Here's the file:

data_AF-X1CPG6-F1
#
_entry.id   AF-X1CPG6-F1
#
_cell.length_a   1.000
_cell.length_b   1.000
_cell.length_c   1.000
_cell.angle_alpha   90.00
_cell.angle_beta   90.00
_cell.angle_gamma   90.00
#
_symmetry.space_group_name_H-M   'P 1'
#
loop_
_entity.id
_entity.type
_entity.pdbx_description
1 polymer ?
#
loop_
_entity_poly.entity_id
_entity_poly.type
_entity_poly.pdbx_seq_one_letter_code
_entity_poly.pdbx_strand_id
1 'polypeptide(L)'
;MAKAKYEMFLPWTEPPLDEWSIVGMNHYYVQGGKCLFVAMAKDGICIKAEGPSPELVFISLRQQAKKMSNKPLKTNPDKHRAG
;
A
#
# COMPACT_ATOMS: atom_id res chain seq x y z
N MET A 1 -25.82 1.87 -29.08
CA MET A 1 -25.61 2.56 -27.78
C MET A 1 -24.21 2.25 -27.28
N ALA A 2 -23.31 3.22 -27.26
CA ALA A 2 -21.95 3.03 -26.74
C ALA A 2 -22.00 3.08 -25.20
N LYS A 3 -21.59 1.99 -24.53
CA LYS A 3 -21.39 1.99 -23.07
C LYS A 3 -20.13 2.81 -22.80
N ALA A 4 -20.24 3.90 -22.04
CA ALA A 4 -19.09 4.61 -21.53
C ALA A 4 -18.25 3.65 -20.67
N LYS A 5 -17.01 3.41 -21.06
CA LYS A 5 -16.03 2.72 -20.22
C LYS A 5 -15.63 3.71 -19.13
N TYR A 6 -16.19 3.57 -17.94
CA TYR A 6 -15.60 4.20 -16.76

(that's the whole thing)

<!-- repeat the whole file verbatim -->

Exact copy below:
data_AF-X1CPG6-F1
#
_entry.id   AF-X1CPG6-F1
#
_cell.length_a   1.000
_cell.length_b   1.000
_cell.length_c   1.000
_cell.angle_alpha   90.00
_cell.angle_beta   90.00
_cell.angle_gamma   90.00
#
_symmetry.space_group_name_H-M   'P 1'
#
loop_
_entity.id
_entity.type
_entity.pdbx_description
1 polymer ?
#
loop_
_entity_poly.entity_id
_entity_poly.type
_entity_poly.pdbx_seq_one_letter_code
_entity_poly.pdbx_strand_id
1 'polypeptide(L)'
;MAKAKYEMFLPWTEPPLDEWSIVGMNHYYVQGGKCLFVAMAKDGICIKAEGPSPELVFISLRQQAKKMSNKPLKTNPDKHRAG
;
A
#
# COMPACT_ATOMS: atom_id res chain seq x y z
N MET A 1 -25.82 1.87 -29.08
CA MET A 1 -25.61 2.56 -27.78
C MET A 1 -24.21 2.25 -27.28
N ALA A 2 -23.31 3.22 -27.26
CA ALA A 2 -21.95 3.03 -26.74
C ALA A 2 -22.00 3.08 -25.20
N LYS A 3 -21.59 1.99 -24.53
CA LYS A 3 -21.39 1.99 -23.07
C LYS A 3 -20.13 2.81 -22.80
N ALA A 4 -20.24 3.90 -22.04
CA ALA A 4 -19.09 4.61 -21.53
C ALA A 4 -18.25 3.65 -20.67
N LYS A 5 -17.01 3.41 -21.06
CA LYS A 5 -16.03 2.72 -20.22
C LYS A 5 -15.63 3.71 -19.13
N TYR A 6 -16.19 3.57 -17.94
CA TYR A 6 -15.60 4.20 -16.76